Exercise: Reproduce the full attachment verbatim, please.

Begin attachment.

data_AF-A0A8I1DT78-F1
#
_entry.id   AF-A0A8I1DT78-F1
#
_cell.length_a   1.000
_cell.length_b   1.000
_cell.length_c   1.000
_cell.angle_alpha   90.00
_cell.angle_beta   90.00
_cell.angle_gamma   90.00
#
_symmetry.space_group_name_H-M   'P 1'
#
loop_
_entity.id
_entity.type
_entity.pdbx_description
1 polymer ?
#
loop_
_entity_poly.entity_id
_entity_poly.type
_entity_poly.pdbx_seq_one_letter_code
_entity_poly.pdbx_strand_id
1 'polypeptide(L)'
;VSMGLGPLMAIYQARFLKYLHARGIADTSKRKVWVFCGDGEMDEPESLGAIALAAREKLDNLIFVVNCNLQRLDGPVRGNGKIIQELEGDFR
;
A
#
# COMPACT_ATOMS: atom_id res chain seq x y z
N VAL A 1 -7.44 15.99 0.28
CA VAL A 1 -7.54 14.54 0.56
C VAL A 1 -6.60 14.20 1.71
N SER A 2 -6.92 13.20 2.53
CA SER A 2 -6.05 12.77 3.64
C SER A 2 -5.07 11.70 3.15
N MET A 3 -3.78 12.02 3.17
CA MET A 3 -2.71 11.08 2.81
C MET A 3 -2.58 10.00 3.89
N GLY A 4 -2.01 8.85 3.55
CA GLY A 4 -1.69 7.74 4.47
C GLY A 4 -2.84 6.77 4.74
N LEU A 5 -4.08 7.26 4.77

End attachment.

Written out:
data_AF-A0A8I1DT78-F1
#
_entry.id   AF-A0A8I1DT78-F1
#
_cell.length_a   1.000
_cell.length_b   1.000
_cell.length_c   1.000
_cell.angle_alpha   90.00
_cell.angle_beta   90.00
_cell.angle_gamma   90.00
#
_symmetry.space_group_name_H-M   'P 1'
#
loop_
_entity.id
_entity.type
_entity.pdbx_description
1 polymer ?
#
loop_
_entity_poly.entity_id
_entity_poly.type
_entity_poly.pdbx_seq_one_letter_code
_entity_poly.pdbx_strand_id
1 'polypeptide(L)'
;VSMGLGPLMAIYQARFLKYLHARGIADTSKRKVWVFCGDGEMDEPESLGAIALAAREKLDNLIFVVNCNLQRLDGPVRGNGKIIQELEGDFR
;
A
#
# COMPACT_ATOMS: atom_id res chain seq x y z
N VAL A 1 -7.44 15.99 0.28
CA VAL A 1 -7.54 14.54 0.56
C VAL A 1 -6.60 14.20 1.71
N SER A 2 -6.92 13.20 2.53
CA SER A 2 -6.05 12.77 3.64
C SER A 2 -5.07 11.70 3.15
N MET A 3 -3.78 12.02 3.17
CA MET A 3 -2.71 11.08 2.81
C MET A 3 -2.58 10.00 3.89
N GLY A 4 -2.01 8.85 3.55
CA GLY A 4 -1.69 7.74 4.47
C GLY A 4 -2.84 6.77 4.74
N LEU A 5 -4.08 7.26 4.77